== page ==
In these days when we are concerning ourselves with such technological topics as digital compression, this writer recently came across a document written in 1932 entitled "Report on the Investigation of the Light-Beam Type of Volume Indicator." It is interesting to note that this report was written during the time frame in which representatives from CBS, NBC and AT&T were holding a series of meetings and investigations aimed at the standardization of an audio program-level indicator, and that, back then, there was not a standardized device to measure audio program level.
The document referenced was Engineering Report No. 82, made by a member of the Engineering Development Group of a broadcasting network that was only about six years old at the time, and which had recently moved into new headquarters in the newly developed area of midtown Manhattan, establishing what would later be called "Broadcast Row."
The meter consisted of a galvanometer that reacted to the audio voltage impressed on it by moving a small mirror that reflected light from a small bulb onto a ground-glass screen, instead of moving a conventional needle pointer.
The scale of this indicator was three inches long. The report recommended that " … future expansion of dynamic ranges in broadcasting should be considered. It may therefore be well to prolong the indicator scale to 1-1/2 times its present length." If the report’s author had only known what would really happen to dynamic ranges in broadcasting in the future, he might have recommended shortening the scale!
The shape of the mask through which the light shone produced a diamond-shaped spot on the meter face. This was not particularly to the investigators’ liking, and a number of different mask shapes were tried. The investigators found a triangle with concave sides (resembling an arrowhead) to be the most clear and distinct indicator. The white ground-glass scale had black figures, but the report recommended that two colors be used – yellow or amber for the accepted volume range and red for the upper limit.
The report states that the normal operating range was between 5 and 30, and that the red zone should extend from 33 to 60, while the yellow or amber zone should extend from 33 down to zero. It would be very interesting to see this scale in action, as judging from its description it was quite different from any that we are used to seeing today.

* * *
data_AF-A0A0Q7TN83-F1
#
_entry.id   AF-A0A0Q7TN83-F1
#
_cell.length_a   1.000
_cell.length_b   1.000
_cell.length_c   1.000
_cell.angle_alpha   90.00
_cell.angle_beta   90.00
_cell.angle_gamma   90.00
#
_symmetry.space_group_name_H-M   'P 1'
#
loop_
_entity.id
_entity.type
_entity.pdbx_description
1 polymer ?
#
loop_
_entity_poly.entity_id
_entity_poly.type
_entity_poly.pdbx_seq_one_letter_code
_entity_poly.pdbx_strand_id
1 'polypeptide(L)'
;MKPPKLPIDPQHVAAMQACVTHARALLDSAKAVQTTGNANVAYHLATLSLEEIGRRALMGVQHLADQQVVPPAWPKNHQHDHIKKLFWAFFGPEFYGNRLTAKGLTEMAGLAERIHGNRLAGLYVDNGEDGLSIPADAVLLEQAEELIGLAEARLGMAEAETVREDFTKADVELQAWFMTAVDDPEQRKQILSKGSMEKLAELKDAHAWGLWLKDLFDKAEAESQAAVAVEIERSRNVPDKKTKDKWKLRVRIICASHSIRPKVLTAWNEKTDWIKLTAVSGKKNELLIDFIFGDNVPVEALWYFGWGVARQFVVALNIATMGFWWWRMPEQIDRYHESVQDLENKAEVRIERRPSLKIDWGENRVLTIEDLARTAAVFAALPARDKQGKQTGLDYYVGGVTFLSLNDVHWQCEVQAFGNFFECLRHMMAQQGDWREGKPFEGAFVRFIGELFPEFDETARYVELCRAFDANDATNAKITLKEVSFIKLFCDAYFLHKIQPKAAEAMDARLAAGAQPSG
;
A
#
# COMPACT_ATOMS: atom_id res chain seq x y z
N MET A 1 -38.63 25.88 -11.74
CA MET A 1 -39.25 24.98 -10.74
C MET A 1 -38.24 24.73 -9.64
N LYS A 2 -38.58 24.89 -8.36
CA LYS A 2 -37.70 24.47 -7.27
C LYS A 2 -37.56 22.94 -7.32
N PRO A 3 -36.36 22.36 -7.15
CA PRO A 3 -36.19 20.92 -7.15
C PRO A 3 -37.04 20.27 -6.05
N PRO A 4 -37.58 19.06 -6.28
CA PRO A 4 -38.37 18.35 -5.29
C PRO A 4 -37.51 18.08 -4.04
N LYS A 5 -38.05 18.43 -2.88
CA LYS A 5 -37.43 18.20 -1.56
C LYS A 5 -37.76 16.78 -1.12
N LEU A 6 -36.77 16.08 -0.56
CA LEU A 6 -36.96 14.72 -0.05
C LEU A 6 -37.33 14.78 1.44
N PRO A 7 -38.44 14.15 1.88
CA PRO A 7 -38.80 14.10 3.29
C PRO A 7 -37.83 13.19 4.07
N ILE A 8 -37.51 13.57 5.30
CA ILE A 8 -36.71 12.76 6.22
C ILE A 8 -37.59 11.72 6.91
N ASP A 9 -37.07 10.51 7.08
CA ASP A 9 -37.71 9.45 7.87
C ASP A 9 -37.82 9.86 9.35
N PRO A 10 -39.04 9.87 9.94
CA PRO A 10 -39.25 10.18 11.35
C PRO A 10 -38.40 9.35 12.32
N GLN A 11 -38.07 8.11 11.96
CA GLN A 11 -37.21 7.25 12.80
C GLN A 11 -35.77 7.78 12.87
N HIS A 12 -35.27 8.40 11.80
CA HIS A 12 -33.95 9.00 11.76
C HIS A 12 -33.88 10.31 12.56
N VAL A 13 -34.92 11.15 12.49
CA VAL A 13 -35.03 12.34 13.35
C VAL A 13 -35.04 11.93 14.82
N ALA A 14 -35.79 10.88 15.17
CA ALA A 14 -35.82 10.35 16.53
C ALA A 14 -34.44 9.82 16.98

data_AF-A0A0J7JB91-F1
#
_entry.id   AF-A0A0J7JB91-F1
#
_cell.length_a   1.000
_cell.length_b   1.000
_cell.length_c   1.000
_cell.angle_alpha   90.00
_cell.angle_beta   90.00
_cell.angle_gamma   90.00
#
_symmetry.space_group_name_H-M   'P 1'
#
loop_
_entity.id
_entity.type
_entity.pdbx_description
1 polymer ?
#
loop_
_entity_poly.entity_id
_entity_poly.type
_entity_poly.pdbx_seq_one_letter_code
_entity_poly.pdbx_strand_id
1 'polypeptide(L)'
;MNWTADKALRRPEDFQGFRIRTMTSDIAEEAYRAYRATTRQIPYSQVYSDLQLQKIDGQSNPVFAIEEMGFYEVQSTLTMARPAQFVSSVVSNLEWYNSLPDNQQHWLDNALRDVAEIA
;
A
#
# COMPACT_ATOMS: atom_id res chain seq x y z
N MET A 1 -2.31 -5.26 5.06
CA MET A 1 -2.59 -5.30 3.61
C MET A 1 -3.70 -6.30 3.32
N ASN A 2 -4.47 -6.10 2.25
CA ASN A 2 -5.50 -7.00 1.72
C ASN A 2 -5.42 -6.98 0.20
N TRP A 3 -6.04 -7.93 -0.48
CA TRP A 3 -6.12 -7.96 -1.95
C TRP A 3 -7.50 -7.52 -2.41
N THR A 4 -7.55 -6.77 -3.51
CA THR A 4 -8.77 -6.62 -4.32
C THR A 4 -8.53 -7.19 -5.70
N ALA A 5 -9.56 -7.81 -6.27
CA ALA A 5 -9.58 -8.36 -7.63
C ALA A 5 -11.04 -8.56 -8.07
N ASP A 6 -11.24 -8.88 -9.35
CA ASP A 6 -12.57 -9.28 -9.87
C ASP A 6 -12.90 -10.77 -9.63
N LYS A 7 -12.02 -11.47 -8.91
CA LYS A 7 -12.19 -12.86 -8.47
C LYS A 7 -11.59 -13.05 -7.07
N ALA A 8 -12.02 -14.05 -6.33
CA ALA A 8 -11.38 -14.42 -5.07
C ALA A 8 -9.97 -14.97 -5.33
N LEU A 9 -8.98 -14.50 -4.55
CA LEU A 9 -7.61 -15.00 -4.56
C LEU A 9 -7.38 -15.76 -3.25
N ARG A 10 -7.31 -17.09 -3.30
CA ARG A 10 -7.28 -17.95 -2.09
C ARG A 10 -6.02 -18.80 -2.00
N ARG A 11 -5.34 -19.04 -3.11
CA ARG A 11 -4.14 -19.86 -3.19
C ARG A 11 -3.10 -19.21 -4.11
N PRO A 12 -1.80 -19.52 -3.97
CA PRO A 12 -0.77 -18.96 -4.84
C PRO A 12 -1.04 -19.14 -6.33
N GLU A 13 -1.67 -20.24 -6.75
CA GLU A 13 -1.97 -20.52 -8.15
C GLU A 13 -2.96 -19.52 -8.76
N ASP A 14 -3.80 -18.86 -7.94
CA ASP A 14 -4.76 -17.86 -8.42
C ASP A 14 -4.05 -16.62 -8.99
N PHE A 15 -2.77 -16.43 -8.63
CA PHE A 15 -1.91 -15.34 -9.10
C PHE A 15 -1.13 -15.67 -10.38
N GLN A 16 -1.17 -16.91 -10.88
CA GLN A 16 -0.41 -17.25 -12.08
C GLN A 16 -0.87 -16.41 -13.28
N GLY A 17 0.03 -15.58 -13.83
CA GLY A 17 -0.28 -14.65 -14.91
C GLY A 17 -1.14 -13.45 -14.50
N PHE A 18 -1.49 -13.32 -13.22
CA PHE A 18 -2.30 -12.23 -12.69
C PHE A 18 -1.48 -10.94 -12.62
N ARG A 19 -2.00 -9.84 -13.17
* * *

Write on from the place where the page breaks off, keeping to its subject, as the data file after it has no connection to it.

The scale was horizontal, but the recommendation was made to arrange this or any other volume scale vertically. The recommendation was made because the operator could then associate an upward scale movement with an increase in volume, and because very small level changes could be discerned using a vertical scale, as its movement would be at right angles to other movements in the studio. With few exceptions, these reasonable-sounding suggestions never caught on for mechanical meters.
Vertical scales did, however, catch on with the relatively recent deployment of audio level meters that use LED and plasma displays. A principal reason for the vertical orientation of such meters today is of course to facilitate the inclusion of the large number of meters required on a large mixing console as is typically used today.
The report states that the galvanometer resistance of 460 ohms seems rather high for a meter of this type, and that a low meter resistance is desirable because when one or more meters are placed in series with the plate of a tube, the grid voltage/plate current relationship must remain constant if accuracy is to be maintained. This is not a big consideration today.
It was also found that a large difference in ballistics existed between the light-beam meter and two other meters to which it was compared, and a suggestion was made that retardation, if desired, should be accomplished electrically rather than mechanically. It was further opined that perhaps the ability to vary inertia at will might be a good feature to incorporate.
The damping in this meter was stated to be extraordinarily high, and this was viewed as a benefit, as the then-current needle-type instruments had large amounts of overshoot. We know that when the standard volume indicator (also known as the vu meter) was standardized, all its ballistic characteristics were defined in the standard.
This report from 1932 gives some insight into what issues were concerning engineers in the still-young business of radio broadcasting at that time. It also serves to illustrate some of the background that led to standardization of the measurement devices used in broadcasting.
The innovative light-beam audio volume level meter did not establish itself in the industry. This same display principle did, however, become established in precision laboratory balances, such as those used by your author in college chemistry lab.
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